#ReleaseTheMemo Part Deux: House Intel Committee should do its job
It’s anyone’s guess whether or not Congressman Adam Schiff’s memo will see the light of day at the moment. White House Counsel Donald McGahn told the House Intelligence Committee on Friday there was no chance the Administration would approve the release of the Schiff memo because it contains, “numerous properly classified and especially sensitive passages.” McGahn did suggest the committee work with the Justice Department to revise the memo so it could be released. President Donald Trump tweeted a similar suggestion Saturday morning, with Schiff responding by basically saying he had the facts, and the GOP memo was released despite the FBI having issues with it.
I wrote February 2nd the Nunes memo should be released because it could encourage political transparency. I feel the same way about the Schiff memo. There’s no doubt both memos are political documents, but it’s still extremely important for the American people to see what the intelligence community is doing, even within the lens of partisanship. There’s still a certain sense of irony/ire on my part since Schiff and Nunes both approve of #FISA702, but are now arguing for transparency. If only this discussion had happened before the #FISA702 vote, and not after, but it’s government where “transparency” is a dirty word once elections are over and done with (see Georgia where the AG claimed only 260 open records requests were made last year when a lot more were made, and not included on the list). It’s beyond frustrating, and Jazz is right in declaring this entire thing is turning into a circus, instead of being something of public interest. Politics, man.
There’s an even bigger question which appears to be missing in the actual discussion on the memos: who has the actual power to make the memos public? Congressional Republicans and the White House believe it’s up to the presidency to determine if the memos get released. However, Cato’s Patrick Eddington believes letting the Administration put the final stamp of approval on the memos violates the Constitution (Via The Hill).
Article I, Section 5 of the Constitution is the only part of the nation’s supreme law that addresses the issue of government secrecy. The operative clause reads thus: “Each House shall keep a Journal of its Proceedings, and from time to time publish the same, excepting such Parts as may in their Judgment require Secrecy;”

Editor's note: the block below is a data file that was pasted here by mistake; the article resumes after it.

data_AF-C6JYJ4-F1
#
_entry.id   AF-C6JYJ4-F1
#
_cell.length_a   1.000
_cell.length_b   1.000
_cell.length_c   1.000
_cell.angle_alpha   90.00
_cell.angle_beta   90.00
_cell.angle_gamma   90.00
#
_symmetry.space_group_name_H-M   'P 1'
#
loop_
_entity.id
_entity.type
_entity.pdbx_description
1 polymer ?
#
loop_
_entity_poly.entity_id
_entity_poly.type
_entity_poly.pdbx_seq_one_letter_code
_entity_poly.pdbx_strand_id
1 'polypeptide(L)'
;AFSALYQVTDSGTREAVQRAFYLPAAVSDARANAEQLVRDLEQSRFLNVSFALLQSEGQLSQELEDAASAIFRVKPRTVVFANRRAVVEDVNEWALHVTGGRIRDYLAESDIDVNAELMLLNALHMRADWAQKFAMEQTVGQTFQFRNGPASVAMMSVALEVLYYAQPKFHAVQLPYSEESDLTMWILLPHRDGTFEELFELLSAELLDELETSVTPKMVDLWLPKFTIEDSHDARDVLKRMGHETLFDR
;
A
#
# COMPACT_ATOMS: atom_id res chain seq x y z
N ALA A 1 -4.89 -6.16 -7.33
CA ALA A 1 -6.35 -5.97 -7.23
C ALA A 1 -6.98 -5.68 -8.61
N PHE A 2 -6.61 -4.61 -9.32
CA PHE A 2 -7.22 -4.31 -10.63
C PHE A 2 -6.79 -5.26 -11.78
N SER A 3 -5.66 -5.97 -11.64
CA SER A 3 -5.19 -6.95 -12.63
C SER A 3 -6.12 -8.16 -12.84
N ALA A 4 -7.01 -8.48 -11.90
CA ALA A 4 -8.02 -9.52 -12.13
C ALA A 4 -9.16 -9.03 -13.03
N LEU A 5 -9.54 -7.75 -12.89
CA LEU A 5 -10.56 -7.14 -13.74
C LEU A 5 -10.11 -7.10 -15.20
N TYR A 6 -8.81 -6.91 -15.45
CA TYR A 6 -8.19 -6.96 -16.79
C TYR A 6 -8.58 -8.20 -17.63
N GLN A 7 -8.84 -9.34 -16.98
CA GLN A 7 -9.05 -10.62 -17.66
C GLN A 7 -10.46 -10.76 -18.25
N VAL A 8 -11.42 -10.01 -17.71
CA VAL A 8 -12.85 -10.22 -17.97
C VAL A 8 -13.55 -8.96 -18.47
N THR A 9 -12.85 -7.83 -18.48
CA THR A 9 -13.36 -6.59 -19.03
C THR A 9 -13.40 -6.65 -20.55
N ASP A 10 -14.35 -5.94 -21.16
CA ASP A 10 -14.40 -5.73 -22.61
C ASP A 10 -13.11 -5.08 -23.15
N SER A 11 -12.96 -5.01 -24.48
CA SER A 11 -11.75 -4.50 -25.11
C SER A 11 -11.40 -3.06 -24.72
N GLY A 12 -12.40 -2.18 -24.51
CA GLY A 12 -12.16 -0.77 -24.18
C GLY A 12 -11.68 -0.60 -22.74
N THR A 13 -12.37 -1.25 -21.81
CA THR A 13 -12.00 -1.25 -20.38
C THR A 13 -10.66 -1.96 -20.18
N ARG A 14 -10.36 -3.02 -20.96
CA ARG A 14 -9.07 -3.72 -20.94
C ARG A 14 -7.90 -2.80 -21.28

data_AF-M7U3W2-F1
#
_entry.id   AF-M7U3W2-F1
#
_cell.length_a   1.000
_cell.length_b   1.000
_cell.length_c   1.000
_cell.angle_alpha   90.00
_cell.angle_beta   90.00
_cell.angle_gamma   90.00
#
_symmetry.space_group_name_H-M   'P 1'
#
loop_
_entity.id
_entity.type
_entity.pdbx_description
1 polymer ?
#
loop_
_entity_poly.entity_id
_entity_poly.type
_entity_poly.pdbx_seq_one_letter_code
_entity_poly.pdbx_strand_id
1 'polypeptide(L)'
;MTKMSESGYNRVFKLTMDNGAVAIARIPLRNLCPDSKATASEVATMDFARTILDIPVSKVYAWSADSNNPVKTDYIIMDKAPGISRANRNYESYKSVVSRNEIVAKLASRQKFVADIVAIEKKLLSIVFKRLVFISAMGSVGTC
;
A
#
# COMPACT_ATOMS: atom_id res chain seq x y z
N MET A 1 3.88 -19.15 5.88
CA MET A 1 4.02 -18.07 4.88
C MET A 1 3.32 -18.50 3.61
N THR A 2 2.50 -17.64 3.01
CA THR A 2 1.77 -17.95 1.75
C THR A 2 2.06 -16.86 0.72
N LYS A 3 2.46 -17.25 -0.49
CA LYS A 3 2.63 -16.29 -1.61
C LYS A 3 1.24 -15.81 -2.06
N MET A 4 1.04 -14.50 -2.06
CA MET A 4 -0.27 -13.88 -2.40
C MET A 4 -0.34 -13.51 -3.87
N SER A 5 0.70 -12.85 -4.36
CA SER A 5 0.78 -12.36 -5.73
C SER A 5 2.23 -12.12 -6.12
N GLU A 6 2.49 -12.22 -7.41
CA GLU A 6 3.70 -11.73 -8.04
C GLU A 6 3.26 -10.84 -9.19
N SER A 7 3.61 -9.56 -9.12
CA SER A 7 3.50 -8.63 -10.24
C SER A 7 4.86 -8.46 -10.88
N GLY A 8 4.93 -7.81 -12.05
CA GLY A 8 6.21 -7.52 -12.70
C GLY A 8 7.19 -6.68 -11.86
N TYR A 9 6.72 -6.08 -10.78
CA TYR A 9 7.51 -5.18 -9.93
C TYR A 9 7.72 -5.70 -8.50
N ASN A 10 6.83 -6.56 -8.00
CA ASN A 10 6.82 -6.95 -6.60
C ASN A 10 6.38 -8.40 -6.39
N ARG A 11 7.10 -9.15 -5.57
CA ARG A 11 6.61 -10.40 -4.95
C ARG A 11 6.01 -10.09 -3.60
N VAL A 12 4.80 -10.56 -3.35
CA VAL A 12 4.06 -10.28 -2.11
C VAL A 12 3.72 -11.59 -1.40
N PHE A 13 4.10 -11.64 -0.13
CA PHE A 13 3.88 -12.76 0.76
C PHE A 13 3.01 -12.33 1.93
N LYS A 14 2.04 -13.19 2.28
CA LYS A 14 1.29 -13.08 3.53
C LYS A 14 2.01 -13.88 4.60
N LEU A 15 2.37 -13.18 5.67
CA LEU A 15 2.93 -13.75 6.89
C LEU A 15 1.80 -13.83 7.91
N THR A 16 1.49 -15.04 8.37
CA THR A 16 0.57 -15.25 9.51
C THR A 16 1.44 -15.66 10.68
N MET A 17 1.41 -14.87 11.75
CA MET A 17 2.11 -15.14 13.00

When it comes to the classification or declassification of congressional work product, the Constitution is clear—Congress makes the call.
Why then did Nunes and Ryan feel the need to submit what was, by definition, a congressional document to President Trump for a declassification review?
The memo itself contained no executive branch-originated intelligence reports or documents. It contained no quotes or extracts from classified FBI or NSA documents. It is these two categories of information, when contained in House or Senate reports designed to be made public, that can cause a genuine separation of powers flare up between the White House and Congress
Eddington believes Nunes and House Speaker Paul Ryan have further muddied the separation of powers lines by asking the White House to be a-OK with the memo’s release. It means submitting the Schiff memo to the White House is muddying the lines even more, and could expand executive power even further. It really is a dangerous precedent, if Eddington is correct in his analysis.
Eddington’s theory is backed up by Marty Lederman at Just Security who writes the Committee is the only place which has the power to release the memo, not the White House, and blasts McGahn for suggesting it had to go through Trump first.
McGahn writes that if the legislative branch “unilaterally” releases classified information, it would raise “serious separation of powers concerns,” citing Department of Navy v. Egan, 484 U.S. at 527. Egan, however, simply recognizes that the President has a constitutional authority “to [i] classify and [ii] control access to information bearing on national security and [iii] to determine whether an individual is sufficiently trustworthy to occupy a position in the Executive Branch that will give that person access to such information.” Neither Egan nor any other case suggests, let alone holds, that the President has constitutional authority to restrict Congress’s disclosure of such information. Cf. also id. at 530 (“unless Congress specifically has provided otherwise, courts traditionally have been reluctant to intrude upon the authority of the Executive in military and national security affairs”). And therefore no Executive orders or other presidential actions even purport to impose such restrictions on the Congress.
Lederman still wants Schiff to talk to the FBI and DOJ if anything needs to be redacted, which Schiff told CBS he’d do, and has done, without a problem. He also complained the Nunes memo was a partisan document.
Both documents are partisan documents, but the Schiff memo should be made public and should be done without the White House’s approval. The Constitution gives Congress the power to release Schiff’s memo, and the Nunes memo, and not the White House. The committee has already voted in favor of releasing Schiff’s document, and should make it public, regardless of its partisanship. Let’s be more transparent, and not just because it’s an election year.